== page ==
For Honor is actually a refreshing departure as far as Ubisoft’s output is concerned- this is not an open world action game with icons littering the minimap, which in turn must be unlocked by climbing and navigating towers. Unlike a lot of other Ubisoft games, that feel like they came off an assembly line churning out open world action games, For Honor is fresh. For Honor is different. It has its own distinct identity, and it sets about to assert that identity right as soon as you start playing the game.
For Honor basically follows a melee combat system – and it is highly tactical, simply button mashing your way through the game is not going to get you anywhere, and will result in almost certain death – wrapped into the veneer of an online multiplayer game, which in turn is wrapped into an online war simulation meta-game. There are multiple levels and layers to For Honor– so much so, that it can actually feel incredibly daunting the first time you boot the game up.
"For Honor has some excellent tutorials, explaining not just how its basic mechanics work, but also how the flow of battles in a multiplayer game is structured, and how the larger war meta-game functions."
Thankfully, the game understands this, and right off the bat, gently starts easing you into its world and mechanics. For Honor has some excellent tutorials, explaining not just how its basic mechanics work, but also how the flow of battles in a multiplayer game is structured, and how the larger war meta-game functions. If you play its campaign, you are further treated to essentially an extended tutorial for each of the game’s classes and factions.
The end result of all of this is that in spite of the depth and breadth of mechanics and options that the game presents you with, you don’t actually ever feel overwhelmed. The game slowly teaches you to internalize its many workings, so that no matter what mode of the game you find yourself playing, you should be able to hold your own, at least as far as knowledge of the mechanics goes- how you do after that comes down entirely to your own level of skill.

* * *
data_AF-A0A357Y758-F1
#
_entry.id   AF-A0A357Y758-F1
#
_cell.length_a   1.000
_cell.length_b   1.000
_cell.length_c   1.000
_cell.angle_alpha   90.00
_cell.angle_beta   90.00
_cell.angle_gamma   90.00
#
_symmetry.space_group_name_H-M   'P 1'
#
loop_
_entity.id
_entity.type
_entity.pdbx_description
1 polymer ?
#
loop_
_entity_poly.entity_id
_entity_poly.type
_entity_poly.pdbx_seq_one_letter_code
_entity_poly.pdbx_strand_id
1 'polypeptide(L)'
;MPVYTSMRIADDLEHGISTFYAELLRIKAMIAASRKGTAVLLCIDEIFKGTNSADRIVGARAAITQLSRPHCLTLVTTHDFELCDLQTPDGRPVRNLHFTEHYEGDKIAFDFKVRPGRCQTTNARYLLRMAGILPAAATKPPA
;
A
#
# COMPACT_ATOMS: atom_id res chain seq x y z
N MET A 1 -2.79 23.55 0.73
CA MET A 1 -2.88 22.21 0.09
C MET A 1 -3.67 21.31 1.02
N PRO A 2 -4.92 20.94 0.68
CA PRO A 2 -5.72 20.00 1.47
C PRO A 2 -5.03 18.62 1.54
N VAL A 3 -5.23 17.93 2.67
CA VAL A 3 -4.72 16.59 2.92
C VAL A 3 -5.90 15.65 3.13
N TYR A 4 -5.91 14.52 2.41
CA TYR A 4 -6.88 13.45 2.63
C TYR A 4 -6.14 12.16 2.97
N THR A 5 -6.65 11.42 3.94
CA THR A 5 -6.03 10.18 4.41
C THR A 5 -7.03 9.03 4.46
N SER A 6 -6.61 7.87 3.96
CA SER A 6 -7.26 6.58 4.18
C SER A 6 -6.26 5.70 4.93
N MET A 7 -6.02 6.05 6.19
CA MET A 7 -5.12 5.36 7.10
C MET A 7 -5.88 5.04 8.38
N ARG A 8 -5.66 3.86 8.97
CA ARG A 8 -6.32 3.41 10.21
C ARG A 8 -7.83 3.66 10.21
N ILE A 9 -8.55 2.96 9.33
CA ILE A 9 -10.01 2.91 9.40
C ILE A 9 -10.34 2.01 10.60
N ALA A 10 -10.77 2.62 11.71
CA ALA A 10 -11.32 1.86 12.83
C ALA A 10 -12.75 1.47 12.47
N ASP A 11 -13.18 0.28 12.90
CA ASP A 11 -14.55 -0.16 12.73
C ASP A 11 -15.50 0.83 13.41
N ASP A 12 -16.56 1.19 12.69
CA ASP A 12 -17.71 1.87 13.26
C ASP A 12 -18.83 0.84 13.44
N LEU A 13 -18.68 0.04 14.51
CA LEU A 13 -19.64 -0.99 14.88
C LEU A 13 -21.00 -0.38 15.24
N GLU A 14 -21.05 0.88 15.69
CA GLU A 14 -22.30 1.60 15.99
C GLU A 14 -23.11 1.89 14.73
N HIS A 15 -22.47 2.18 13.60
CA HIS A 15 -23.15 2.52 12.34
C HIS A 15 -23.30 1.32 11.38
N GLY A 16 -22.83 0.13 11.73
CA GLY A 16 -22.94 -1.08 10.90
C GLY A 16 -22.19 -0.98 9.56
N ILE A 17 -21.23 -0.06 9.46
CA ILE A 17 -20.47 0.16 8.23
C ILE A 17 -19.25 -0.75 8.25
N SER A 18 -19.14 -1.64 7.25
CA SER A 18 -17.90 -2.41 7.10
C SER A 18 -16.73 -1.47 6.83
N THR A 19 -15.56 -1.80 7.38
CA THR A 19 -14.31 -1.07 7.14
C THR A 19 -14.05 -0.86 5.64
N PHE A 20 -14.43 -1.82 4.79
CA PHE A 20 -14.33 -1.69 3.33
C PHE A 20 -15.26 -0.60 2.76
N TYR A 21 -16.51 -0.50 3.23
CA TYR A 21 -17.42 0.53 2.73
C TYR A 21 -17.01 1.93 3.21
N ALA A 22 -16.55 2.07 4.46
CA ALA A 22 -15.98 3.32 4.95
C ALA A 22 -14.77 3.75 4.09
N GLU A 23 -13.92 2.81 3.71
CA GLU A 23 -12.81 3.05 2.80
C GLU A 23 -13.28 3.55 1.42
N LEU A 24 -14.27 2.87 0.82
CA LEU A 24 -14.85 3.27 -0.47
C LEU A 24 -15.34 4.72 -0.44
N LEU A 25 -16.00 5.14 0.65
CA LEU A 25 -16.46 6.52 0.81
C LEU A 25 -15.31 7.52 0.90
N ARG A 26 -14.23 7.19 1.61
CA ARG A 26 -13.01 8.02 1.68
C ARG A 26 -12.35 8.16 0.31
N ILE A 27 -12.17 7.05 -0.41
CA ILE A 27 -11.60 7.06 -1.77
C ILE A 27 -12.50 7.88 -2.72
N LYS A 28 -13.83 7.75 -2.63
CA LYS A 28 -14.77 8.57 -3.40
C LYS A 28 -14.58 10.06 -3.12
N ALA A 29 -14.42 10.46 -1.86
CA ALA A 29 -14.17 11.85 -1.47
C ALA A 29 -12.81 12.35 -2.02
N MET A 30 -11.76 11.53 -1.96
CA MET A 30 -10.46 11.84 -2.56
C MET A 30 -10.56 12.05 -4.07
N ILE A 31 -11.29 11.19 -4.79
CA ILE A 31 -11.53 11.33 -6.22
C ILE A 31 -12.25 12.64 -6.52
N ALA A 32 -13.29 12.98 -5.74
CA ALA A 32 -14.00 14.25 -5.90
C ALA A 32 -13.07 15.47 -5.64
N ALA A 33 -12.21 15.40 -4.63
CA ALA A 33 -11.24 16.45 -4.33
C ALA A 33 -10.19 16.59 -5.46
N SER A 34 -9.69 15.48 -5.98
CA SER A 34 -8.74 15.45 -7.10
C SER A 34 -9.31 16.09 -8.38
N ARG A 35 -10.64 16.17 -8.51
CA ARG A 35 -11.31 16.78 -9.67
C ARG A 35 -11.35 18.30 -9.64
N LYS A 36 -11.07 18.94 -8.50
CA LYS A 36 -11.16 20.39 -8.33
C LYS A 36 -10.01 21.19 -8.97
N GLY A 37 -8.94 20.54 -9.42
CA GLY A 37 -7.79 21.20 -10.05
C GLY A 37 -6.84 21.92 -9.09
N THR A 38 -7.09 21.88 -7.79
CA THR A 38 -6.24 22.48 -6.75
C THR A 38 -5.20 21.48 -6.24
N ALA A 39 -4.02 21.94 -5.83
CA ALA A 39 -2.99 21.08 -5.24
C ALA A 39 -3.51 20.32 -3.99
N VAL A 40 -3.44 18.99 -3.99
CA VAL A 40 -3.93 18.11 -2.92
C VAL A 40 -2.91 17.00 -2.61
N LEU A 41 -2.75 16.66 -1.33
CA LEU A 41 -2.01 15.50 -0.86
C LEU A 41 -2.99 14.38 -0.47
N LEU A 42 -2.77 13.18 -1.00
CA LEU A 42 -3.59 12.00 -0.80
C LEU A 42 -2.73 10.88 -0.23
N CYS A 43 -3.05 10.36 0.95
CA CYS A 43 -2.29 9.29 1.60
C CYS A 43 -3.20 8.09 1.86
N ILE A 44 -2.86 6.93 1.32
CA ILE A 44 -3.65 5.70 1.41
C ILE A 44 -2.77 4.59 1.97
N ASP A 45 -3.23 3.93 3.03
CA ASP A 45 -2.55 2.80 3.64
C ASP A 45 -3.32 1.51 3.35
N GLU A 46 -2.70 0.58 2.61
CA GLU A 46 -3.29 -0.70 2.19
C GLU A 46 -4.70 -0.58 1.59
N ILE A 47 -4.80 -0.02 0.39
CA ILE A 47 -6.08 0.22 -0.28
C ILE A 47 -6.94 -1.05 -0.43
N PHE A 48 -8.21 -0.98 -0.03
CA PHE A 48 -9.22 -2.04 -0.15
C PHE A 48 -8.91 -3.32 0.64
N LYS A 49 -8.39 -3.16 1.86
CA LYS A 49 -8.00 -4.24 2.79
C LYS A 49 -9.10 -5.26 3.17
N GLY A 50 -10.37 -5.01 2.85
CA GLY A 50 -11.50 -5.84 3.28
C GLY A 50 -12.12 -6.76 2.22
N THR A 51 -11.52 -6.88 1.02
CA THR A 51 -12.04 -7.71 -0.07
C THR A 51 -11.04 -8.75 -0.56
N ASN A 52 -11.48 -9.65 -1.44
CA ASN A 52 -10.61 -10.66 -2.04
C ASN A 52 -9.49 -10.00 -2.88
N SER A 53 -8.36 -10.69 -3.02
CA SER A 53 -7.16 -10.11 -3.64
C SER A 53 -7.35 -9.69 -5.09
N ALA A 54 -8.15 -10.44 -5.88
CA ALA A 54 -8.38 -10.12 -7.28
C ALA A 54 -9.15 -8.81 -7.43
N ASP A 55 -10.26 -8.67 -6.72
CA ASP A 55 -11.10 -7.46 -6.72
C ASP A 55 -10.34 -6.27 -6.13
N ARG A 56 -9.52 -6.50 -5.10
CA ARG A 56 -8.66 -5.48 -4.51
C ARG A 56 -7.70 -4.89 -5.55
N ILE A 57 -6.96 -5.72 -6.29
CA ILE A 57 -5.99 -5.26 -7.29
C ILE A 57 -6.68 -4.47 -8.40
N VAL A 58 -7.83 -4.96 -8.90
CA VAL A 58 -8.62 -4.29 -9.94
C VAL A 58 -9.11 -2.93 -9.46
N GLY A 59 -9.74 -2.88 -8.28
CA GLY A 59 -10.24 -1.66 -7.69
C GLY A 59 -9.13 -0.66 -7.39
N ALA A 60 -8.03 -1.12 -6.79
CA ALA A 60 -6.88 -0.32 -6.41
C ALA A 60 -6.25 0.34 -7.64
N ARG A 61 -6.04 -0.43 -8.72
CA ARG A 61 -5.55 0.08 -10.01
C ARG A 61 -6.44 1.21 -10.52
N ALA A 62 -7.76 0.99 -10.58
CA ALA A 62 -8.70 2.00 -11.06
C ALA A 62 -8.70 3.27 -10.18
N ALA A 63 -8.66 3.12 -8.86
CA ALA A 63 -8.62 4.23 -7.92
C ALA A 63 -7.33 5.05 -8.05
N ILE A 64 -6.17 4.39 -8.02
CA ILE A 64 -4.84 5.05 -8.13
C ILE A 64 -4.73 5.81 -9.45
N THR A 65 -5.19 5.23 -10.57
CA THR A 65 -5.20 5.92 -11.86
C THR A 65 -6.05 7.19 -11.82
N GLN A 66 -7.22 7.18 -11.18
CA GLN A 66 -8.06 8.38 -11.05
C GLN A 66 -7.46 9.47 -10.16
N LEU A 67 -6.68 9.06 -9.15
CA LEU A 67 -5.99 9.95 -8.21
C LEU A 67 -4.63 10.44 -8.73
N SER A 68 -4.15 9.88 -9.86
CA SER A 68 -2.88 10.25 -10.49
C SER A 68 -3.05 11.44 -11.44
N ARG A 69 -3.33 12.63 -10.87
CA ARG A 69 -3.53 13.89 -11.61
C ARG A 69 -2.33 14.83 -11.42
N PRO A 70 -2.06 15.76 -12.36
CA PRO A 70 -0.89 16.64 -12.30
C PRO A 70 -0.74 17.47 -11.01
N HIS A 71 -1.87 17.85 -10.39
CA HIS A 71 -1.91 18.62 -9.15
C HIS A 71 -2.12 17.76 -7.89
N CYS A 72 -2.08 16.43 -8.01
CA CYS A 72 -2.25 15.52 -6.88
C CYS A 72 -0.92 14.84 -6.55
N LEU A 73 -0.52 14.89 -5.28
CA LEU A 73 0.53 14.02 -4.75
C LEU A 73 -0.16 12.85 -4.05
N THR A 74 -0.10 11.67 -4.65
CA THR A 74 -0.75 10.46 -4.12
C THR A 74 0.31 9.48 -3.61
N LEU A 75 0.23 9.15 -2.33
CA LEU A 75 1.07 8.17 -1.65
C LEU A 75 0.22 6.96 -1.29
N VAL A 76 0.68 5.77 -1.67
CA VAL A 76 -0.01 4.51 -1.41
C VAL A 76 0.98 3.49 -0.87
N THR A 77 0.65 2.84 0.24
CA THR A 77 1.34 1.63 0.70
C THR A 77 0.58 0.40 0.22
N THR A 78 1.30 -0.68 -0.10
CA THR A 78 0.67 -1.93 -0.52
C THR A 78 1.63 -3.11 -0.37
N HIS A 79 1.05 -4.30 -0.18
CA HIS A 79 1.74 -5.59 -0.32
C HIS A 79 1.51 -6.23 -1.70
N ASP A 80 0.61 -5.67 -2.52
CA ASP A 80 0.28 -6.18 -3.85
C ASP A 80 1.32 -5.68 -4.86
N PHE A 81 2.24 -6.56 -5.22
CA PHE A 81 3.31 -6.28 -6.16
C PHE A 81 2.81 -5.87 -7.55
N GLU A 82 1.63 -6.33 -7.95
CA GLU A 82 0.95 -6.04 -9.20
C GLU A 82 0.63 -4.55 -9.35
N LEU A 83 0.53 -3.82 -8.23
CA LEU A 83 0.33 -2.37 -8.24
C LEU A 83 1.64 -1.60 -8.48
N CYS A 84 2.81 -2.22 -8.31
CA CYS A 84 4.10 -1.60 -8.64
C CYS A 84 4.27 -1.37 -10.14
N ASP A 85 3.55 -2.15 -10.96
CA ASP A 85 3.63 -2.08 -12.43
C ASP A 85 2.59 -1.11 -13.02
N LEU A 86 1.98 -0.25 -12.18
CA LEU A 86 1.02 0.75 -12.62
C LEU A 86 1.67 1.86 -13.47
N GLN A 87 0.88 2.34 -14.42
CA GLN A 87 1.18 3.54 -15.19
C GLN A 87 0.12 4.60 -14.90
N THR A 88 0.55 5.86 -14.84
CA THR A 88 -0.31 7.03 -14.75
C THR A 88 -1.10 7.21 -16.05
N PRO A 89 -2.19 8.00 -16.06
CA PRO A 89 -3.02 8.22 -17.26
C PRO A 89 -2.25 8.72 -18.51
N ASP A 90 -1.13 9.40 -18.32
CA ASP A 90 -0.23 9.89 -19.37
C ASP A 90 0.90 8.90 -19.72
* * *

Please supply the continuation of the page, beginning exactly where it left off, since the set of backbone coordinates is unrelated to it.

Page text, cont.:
And For Honor demands skill. In For Honor, defense is as important as offense- if your enemy is attacking you, you need to know what direction the strike is coming in from, and block and fend it off appropriately. Simply spamming a button won’t work- you need to orient your block in such a way that it cancels your opponent’s blow. You can choose not to parry attacks, and try to dodge away. Similarly, when you attack an opponent, you can’t just try raining blows down on them- you need to watch how they are blocking your attacks, and attempt to attack from a different direction. Conversely, you could try breaking their parry, and then simply slamming them into the wall, or off the battlefield, with your own momentum. You must also decide if you want to use a light attack or a heavy attack. And all this while, you must also watch your own stamina, because if you ever run out, you become easy pickings for your opponent.
"For Honor is basically a highly tactical melee combat system – and it is highly tactical, simply button mashing your way through the game is not going to get you anywhere, and will result in almost certain death – wrapped into the veneer of an online multiplayer game, which in turn is wrapped into an online war simulation meta-game."
But wait, there’s more- For Honor gives you perks and feats, special moves you can activate in battle. Running low on health? Use your perk to regain some of it in battle. Feeling swarmed by enemies? Just activate your higher speed perk, and hightail it out of there. Perks and feats are not actually available in all game modes, but where they are, they become just one more thing for you to keep track of.